Elizabeth seemed surprisingly interested.

And then I told her the Buck O'Neil story.

Elizabeth met Buck many times when she was little. He died when she was 6, but she still remembers him, remembers his embrace, remembers how he would tell her, "You are so special." It's something she holds pretty deeply, I think.

When Buck died, Negro Leagues president Bob Kendrick came to the office the next day. And there was a huge wreath there. It was sent by Ichiro. Bob did not even know that Ichiro and Buck had ever met. The next year, Ichiro came to the museum and he explained that he had been around Buck a few times at the ballpark, and that he saw that Buck was a man of honor. Ichiro deeply admired and loved Buck simply from being around him and sensing his greatness. Ichiro then wrote a giant check to the museum, the largest check any player had ever written.

Elizabeth was engrossed. She turned to the field to watch Ichiro hit. He's 43 now, almost 44, and it has been years since he was a great player. He continues to play as a part-timer because he so dearly loves the game, the way Buck loved the game. He stepped in and did his familiar winding of the bat, the artful stretching he does before every pitch. He stepped away as the first two pitches came to the plate; it's staggering how much he moves in the batter's box while the pitch is in motion.

On the third pitch of Gio Gonzalez, Ichiro again fell back but he slashed at the ball and lined a beautiful single to left, scoring a run. Elizabeth and her mother had spent the day in a couple of Washington art galleries.

"That," I told her, "is art."

The next time he came up, Elizabeth didn't even need to be told. She jumped out of her book, and watched as he led off the seventh inning. She watched nervously, hoping he had another hit in him. The score was 8-1 Nationals at the time, the at-bat meant nothing, the Washington crowd was drunk and happy. But Elizabeth watched nervously as Ichiro watched five pitches go by; he jumped away from each of them.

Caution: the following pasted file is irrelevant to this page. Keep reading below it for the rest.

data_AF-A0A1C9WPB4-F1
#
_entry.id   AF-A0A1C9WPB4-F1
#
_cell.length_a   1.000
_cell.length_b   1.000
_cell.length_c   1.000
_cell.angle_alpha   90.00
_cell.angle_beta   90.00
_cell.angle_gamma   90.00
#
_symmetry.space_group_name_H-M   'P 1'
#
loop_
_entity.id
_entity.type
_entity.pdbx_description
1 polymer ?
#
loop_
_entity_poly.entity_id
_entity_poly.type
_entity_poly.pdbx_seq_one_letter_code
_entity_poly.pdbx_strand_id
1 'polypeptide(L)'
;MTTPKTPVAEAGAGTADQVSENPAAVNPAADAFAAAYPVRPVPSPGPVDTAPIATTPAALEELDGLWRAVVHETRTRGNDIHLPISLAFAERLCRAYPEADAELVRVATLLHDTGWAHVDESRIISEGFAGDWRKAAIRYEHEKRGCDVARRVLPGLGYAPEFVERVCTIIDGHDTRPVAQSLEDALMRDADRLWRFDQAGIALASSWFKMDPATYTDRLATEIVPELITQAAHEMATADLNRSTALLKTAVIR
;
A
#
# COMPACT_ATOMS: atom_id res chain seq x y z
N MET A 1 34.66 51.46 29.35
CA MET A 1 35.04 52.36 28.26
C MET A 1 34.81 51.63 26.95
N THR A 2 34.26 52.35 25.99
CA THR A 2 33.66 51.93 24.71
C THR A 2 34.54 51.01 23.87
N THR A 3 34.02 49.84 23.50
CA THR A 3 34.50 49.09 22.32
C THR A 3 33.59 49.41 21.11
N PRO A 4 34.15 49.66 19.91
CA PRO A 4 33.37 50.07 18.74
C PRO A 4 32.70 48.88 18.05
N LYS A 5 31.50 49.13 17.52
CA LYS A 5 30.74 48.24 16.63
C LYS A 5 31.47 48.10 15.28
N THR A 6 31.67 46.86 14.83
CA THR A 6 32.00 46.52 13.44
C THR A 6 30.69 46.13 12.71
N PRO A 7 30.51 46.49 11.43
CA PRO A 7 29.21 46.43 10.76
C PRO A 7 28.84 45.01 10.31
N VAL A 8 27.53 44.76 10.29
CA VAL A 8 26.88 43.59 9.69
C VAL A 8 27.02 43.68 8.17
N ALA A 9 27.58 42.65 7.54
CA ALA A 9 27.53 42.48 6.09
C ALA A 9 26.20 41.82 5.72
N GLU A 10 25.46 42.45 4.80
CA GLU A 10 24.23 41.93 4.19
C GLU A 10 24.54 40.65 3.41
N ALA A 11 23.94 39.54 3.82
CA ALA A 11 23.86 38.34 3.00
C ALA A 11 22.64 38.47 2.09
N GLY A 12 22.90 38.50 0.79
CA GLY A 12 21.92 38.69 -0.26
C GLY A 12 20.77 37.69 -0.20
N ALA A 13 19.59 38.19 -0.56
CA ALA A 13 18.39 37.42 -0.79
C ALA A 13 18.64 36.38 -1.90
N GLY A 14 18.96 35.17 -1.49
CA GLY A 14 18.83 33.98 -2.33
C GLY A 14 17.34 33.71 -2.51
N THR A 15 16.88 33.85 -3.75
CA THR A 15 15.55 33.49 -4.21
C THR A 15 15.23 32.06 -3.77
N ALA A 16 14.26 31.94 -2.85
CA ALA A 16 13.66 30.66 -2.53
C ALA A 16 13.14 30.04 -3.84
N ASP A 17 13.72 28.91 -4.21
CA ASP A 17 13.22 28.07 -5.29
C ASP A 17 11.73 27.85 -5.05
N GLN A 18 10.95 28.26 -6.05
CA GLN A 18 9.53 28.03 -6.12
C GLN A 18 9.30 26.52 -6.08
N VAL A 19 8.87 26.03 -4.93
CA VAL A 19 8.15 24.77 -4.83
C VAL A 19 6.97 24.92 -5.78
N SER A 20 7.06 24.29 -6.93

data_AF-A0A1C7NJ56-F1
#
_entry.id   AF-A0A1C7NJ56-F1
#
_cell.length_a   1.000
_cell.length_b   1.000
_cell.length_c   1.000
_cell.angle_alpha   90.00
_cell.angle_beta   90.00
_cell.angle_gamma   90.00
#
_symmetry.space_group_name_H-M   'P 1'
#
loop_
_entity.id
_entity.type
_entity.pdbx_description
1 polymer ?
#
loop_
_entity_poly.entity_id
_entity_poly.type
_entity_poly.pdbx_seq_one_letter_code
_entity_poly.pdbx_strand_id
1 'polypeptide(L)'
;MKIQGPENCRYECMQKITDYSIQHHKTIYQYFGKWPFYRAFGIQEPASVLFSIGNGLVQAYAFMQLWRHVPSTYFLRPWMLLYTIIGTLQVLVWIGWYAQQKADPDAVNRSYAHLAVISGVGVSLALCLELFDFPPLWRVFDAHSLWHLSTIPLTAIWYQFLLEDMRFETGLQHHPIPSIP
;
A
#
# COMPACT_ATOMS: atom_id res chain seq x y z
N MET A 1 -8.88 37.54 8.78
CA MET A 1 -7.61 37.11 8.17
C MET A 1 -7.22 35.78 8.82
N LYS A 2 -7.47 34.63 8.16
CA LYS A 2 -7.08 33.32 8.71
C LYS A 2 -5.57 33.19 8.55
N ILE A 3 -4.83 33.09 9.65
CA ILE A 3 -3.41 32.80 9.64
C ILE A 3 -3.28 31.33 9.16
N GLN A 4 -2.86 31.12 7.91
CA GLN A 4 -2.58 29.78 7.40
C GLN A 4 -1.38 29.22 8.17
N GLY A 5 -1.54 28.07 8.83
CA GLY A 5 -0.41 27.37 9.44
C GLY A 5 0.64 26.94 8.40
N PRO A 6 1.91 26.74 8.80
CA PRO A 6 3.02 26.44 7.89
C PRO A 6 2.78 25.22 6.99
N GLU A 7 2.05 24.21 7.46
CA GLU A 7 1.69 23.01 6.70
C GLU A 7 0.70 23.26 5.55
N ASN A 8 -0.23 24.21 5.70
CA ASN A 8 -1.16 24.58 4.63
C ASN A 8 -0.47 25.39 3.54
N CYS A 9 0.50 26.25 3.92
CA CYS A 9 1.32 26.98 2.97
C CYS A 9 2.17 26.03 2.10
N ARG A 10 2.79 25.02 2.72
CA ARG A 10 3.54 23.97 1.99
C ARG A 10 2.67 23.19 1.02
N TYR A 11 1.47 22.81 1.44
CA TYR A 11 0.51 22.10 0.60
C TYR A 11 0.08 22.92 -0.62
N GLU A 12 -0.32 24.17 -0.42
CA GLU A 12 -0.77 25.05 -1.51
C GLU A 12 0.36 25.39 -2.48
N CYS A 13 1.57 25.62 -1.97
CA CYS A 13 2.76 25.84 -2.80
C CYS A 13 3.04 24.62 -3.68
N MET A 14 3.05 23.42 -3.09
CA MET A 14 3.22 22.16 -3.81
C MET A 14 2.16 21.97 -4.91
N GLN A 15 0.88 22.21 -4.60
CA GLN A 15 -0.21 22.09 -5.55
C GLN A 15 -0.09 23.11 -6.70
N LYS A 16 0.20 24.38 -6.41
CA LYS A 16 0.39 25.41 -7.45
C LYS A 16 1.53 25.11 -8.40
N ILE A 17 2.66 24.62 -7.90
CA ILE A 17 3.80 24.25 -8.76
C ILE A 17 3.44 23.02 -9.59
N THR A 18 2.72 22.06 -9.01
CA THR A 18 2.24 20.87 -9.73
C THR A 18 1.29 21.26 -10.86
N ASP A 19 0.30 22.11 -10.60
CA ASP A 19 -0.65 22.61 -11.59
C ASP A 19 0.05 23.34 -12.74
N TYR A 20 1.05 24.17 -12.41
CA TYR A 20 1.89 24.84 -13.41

The sixth pitch was a 90-mph fastball that caught too much of the plate; Ichiro turned on it and rifled it to right for another single. And Elizabeth applauded happily to the curiosity of the people around us.

He came up once more, ninth inning, game all but over, and he chopped a little ground ball toward first, easily beat it out, his third hit of the night, the 3,064th hit of his Major League career, the 4,342nd hit of his professional baseball career.

"Ichiro is my favorite player," Elizabeth announced. "How much longer do you think he will play?"

This was thrilling. Elizabeth had only had one other favorite player, Mike Sweeney, who she got to meet when she was young. For years, she would say, "Mike Sweeney is my favorite player," and I would have to tell her that Mike retired. She kept forgetting.

In any case, I told her I didn't know how much longer the Ichiro baseball story goes on. That's what made Wednesday so great. Part of me thinks he will go on forever. And part of me thinks that one day he will just disappear. Either way, Elizabeth got to see Ichiro hit. We got to see it together. It's a baseball memory for us to share.

"How about that Ichiro?" I asked her this morning, the day after.

"He was cool," Elizabeth said. "Are my lips still blue?"